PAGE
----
STORY SUBMISSION DEADLINE: 1 MAY (DEADLINE EXTENDED)
Please join your friends and colleagues for an evening of laughter, tears, and joy as we listen to five captivating stories that reflect the diversity of experiences within our ornithological community. For this engaging event, we are seeking uplifting stories that express the theme of this year’s conference, which is “On the Wings of Recovery: Resilience and Action.” The Storytelling event is planned at the Puerto Rico Convention Center for Thursday, 30 June, from 7:30–9:00 p.m.
As in previous storytelling events, we will showcase five storytellers who will share 8- to 10-minute stories. We are partnering with Story Collider to provide skilled coaching for storytellers 1 month prior to the meeting to craft their stories for the stage. Story coaching will involve two 1-hour one-on-one virtual sessions tailored to participants to focus on developing their personal narratives. The preparation and coaching that our storytellers will receive is a valuable form of professional development that will help speakers improve their science communication and public-speaking skills. Learning the art of storytelling makes science and the people behind it more accessible, inclusive, and relevant for broad audiences.
If you are interested in joining us in Puerto Rico to share a personal story from your experiences in ornithology, please fill out this Google Form with a short pitch of your story (200-words max) by 1 May 2022 (deadline extended). We strongly encourage pitches from ornithologists who self-identify as members of historically underrepresented groups in ornithology and birding. We also welcome story pitches from ornithologists who speak English as a second language (stories can be multilingual and translation will be available). Don’t miss this opportunity to connect with your colleagues in the ornithology community in a new and exciting way!
Storytelling Event Organizers
Dr. Nandadevi Cortes
Assistant Professor, Biology Department, Ithaca College, Ithaca NY
Nandadevi Cortes is an Assistant Professor in the Biology Department at Ithaca College where she teaches evolution and ecology to first year students, she also teaches Ornithology to biology majors. Her research is focused on the role that geographic barriers have had in shaping the evolutionary history of neotropical species using mitochondrial and nuclear DNA. Her students are currently studying vocalization between different populations of Orioles species to add more information into their evolutionary history.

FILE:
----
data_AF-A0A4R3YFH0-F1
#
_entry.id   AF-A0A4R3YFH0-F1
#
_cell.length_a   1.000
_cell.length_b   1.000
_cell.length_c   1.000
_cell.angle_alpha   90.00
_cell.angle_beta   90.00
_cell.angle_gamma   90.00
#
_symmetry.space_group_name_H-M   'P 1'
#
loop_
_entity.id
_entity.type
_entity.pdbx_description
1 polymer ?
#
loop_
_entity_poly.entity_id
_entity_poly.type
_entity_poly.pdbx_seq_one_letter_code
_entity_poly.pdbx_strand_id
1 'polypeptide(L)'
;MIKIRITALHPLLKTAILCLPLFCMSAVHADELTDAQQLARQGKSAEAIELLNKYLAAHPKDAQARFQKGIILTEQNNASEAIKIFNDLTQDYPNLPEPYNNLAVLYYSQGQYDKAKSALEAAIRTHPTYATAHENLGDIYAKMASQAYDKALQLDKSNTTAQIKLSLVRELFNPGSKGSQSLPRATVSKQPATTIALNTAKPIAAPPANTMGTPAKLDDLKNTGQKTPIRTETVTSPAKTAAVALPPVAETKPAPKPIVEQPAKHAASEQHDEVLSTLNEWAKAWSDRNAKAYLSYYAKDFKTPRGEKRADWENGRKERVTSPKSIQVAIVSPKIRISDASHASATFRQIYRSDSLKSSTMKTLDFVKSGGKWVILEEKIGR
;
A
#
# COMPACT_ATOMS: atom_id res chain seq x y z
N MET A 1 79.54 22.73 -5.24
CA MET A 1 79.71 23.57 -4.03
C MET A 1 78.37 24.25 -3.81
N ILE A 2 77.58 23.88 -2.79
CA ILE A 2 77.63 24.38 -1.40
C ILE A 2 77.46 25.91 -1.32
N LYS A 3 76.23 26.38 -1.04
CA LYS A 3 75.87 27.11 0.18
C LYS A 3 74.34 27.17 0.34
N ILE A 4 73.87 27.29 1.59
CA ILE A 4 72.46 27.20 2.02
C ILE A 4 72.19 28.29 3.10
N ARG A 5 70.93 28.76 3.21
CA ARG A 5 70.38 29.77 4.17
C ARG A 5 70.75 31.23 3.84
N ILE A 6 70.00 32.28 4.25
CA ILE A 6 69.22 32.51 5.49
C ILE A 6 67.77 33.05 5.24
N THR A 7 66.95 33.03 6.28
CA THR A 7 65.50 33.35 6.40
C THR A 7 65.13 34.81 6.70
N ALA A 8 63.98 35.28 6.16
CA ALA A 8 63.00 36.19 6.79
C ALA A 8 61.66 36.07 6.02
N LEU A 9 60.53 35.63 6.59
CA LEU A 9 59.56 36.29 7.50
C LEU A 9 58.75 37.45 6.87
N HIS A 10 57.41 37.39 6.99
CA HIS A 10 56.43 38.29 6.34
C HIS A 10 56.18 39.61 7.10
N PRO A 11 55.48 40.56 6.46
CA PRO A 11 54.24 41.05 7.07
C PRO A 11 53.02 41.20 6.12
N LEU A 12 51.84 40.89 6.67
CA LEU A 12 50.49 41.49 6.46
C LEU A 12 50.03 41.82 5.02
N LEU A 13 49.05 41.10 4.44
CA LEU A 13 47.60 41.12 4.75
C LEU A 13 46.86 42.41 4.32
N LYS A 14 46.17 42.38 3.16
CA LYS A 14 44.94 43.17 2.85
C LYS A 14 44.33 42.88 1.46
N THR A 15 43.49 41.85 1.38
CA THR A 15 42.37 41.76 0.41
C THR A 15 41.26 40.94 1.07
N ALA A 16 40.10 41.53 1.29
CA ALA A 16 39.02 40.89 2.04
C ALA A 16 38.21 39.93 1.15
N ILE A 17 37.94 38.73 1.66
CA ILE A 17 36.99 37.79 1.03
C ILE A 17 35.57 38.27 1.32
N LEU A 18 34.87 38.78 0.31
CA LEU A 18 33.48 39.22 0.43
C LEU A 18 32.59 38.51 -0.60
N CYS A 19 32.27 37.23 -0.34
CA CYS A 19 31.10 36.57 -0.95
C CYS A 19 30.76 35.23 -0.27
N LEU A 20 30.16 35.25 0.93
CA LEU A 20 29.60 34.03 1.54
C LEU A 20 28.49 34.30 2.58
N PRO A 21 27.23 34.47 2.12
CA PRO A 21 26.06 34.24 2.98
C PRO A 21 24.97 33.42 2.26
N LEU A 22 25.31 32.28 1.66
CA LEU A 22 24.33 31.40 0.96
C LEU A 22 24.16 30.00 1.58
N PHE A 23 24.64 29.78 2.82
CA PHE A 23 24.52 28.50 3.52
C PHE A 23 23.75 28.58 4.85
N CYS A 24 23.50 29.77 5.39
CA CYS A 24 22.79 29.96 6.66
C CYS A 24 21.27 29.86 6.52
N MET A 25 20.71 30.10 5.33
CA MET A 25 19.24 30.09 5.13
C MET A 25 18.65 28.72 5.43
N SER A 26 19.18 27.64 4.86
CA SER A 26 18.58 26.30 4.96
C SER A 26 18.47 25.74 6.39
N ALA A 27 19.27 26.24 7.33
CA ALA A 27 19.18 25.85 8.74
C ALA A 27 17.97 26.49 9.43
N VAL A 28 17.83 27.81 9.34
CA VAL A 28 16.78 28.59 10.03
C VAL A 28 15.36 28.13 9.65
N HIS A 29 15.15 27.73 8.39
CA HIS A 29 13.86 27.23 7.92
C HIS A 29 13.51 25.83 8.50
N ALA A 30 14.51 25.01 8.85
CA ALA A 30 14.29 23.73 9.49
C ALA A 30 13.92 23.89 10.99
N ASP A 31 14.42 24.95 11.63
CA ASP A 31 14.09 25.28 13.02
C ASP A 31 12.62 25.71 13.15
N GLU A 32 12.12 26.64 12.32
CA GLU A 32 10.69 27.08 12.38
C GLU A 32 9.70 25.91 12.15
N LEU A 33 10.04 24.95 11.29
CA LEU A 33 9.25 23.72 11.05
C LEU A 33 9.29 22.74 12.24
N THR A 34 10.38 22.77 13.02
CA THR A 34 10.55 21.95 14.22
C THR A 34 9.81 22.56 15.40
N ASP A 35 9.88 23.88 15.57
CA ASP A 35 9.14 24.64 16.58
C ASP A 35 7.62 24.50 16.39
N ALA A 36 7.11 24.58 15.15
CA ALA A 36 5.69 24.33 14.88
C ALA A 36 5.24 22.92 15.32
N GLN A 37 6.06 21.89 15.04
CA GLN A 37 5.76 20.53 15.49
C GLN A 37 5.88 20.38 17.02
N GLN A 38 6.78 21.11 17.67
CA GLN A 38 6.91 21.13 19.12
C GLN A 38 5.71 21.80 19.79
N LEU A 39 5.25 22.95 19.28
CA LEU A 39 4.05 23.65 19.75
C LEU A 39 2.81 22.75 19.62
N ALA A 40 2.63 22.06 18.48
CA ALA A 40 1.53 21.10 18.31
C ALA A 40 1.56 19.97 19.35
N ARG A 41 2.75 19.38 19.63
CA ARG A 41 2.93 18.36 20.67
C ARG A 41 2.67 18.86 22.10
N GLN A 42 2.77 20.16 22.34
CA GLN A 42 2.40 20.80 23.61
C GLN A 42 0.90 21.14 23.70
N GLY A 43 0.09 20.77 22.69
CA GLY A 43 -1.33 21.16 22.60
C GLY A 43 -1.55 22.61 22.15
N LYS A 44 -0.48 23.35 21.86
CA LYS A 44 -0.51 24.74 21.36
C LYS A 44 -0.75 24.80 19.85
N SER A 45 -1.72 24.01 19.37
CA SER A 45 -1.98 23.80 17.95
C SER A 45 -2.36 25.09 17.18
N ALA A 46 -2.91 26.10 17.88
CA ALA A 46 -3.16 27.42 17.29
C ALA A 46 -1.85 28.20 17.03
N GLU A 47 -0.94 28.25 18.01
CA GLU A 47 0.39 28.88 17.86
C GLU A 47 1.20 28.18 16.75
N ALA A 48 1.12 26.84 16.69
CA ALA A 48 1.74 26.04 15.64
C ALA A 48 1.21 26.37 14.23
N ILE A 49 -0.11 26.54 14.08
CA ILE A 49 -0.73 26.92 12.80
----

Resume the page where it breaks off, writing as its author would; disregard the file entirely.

Dr. Scott Taylor
Assistant Professor, Department of Ecology and Evolutionary Biology, University of Colorado–Boulder
Scott Taylor is an Assistant Professor in the Department of Ecology and Evolutionary Biology at the University of Colorado–Boulder and also the Director of the University of Colorado Boulder Mountain Research Station. Research in his group is focused on using natural hybrid zones and recent radiations to understand the genetic bases of traits involved in reproductive isolation, population divergence, and speciation, and the impacts of anthropogenic change, including climate change, on species distributions, interactions, and evolution. They are fascinated by natural history and the intersections between art and science, and are committed to doing their part to increase diversity and make the ornithological community inclusive and supportive.
Dr. Nick Mason
Assistant Professor and Curator of Birds, Louisiana State University and Louisiana State University Museum of Natural Science
Nick Mason is an Assistant Professor and Curator of Birds at Louisiana State University and the Louisiana State University Museum of Natural Science. His research group studies systematics, taxonomy, and the ecology and evolution of color, song, and migration with natural history collections as the unifying theme.
Dr. Desiree Narango
Postdoctoral Researcher, Biology Department, University of Massachusetts–Amherst
Desiree Narango s currently a postdoctoral researcher in the Biology Department at the University of Massachusetts Amherst and a 2020 David H. Smith Conservation Research Fellow. Her research focuses on understanding habitat relationships and trophic interactions between plants, insects, and birds in human-dominated land uses.
Ph.D. Student, Biology, Georgetown University
Emily Williams is a Ph.D. student in the Biology Department at Georgetown University. Emily’s research centers in migration ecology, with a focus on the evolutionary and ecological processes that give rise to variation in migratory behavior. Emily is passionate about outreach and the accessibility of science, and never foregoes an opportunity to get people excited about birds.